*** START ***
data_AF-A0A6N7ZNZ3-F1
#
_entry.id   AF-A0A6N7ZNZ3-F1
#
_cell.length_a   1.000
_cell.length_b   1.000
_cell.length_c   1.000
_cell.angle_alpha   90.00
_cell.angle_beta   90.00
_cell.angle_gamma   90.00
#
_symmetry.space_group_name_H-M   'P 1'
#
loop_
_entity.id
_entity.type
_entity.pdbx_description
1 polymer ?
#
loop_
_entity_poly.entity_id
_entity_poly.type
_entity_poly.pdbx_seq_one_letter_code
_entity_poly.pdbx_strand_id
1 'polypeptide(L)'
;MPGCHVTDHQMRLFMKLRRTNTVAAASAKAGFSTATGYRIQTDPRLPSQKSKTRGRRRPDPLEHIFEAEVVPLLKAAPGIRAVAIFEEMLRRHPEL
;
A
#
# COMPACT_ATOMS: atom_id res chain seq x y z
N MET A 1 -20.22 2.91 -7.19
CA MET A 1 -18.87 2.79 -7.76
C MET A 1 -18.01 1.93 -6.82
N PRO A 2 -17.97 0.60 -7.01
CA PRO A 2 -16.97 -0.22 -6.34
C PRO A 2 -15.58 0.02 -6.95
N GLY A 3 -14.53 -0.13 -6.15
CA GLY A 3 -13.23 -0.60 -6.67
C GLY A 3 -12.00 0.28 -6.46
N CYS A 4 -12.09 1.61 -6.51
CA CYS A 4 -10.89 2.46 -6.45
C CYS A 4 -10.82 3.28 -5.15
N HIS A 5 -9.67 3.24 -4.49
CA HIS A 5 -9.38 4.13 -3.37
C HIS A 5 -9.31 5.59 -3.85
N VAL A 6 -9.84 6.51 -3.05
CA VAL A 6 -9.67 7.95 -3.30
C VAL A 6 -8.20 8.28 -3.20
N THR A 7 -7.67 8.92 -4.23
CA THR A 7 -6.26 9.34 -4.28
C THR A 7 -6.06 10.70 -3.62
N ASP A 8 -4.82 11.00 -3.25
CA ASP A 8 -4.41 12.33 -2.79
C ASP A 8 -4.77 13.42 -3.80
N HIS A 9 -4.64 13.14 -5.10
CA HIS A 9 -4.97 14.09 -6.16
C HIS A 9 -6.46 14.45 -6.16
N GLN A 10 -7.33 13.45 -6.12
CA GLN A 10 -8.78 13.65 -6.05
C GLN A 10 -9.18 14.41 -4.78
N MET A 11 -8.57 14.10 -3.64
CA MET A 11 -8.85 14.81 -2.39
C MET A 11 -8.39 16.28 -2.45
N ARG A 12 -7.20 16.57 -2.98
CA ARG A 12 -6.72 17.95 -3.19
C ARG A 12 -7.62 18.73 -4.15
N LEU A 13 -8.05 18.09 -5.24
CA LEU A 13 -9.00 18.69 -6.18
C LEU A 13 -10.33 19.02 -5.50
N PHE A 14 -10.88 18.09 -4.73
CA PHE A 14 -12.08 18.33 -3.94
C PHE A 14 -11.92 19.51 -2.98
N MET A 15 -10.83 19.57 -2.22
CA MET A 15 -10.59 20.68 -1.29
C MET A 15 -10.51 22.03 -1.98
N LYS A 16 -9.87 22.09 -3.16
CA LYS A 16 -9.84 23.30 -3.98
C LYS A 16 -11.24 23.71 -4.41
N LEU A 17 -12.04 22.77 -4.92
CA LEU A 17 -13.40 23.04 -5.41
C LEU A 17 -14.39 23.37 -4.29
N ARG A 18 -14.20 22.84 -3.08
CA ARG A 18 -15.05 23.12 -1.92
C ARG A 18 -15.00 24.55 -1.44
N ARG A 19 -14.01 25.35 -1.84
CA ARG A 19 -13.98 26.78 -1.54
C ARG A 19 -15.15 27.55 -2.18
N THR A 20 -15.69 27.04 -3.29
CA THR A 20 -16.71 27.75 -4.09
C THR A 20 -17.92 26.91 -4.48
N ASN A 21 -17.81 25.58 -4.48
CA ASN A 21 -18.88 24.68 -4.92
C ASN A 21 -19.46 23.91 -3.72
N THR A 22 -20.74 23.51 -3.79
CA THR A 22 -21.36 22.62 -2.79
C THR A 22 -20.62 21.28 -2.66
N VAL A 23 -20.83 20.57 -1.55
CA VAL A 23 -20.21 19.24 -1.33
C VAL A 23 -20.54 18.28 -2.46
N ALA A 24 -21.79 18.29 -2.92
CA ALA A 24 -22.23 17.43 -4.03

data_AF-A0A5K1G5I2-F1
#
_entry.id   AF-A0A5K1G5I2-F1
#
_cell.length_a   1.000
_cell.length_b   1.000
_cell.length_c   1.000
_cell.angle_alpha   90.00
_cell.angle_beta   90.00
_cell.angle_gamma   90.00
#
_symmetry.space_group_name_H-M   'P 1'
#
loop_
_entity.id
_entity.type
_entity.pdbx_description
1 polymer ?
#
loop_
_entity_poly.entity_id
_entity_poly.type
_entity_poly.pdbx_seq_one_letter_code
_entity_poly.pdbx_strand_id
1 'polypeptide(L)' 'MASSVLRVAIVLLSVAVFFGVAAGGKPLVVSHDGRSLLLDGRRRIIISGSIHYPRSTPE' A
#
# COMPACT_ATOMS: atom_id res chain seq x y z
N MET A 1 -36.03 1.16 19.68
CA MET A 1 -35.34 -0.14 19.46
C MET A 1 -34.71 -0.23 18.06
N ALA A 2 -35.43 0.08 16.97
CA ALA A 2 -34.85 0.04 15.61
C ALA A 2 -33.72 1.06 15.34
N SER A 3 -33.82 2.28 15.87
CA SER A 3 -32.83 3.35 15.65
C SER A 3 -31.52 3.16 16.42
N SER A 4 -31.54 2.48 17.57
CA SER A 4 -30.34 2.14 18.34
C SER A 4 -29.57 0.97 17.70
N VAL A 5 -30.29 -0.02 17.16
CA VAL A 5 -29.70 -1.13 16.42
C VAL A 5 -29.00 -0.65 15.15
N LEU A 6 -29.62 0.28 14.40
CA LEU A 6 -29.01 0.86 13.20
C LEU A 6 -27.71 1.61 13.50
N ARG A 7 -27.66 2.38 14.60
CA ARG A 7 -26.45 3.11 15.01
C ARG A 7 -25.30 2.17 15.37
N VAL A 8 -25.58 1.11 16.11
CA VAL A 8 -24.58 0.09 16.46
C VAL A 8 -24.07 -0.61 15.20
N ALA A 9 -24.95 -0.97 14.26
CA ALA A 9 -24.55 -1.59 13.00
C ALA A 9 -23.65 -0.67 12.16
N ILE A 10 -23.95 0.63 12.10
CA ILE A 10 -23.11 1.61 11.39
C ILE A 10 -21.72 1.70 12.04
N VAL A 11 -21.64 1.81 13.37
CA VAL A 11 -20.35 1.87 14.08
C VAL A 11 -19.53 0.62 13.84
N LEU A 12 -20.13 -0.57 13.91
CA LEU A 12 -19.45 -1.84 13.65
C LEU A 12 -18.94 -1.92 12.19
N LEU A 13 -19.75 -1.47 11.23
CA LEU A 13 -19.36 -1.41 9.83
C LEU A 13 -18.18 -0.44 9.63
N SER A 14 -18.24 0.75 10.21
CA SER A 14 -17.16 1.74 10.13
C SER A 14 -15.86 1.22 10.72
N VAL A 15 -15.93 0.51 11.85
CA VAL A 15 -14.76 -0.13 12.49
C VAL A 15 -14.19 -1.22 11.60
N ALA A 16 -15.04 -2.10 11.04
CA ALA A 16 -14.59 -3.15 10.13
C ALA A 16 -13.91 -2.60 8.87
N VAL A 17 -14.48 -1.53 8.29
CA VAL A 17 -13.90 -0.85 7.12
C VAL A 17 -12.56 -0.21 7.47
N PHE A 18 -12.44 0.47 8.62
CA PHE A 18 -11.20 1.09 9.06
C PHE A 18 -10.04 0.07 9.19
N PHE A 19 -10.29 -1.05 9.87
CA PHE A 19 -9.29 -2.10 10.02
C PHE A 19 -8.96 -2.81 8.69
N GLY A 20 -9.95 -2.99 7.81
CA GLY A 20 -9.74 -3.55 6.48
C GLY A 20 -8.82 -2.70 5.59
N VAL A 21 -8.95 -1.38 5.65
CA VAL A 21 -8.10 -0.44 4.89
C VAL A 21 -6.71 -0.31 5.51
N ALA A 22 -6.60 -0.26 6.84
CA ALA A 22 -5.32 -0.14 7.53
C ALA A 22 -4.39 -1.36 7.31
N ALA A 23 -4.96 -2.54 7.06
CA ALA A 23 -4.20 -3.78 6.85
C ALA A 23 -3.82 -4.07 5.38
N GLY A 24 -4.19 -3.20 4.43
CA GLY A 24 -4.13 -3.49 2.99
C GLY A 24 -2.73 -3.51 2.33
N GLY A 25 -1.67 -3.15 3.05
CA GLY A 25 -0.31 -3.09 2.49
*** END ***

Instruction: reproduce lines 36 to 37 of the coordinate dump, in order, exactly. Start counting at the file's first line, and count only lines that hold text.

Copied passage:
C PRO A 2 -15.58 0.02 -6.95
N GLY A 3 -14.53 -0.13 -6.15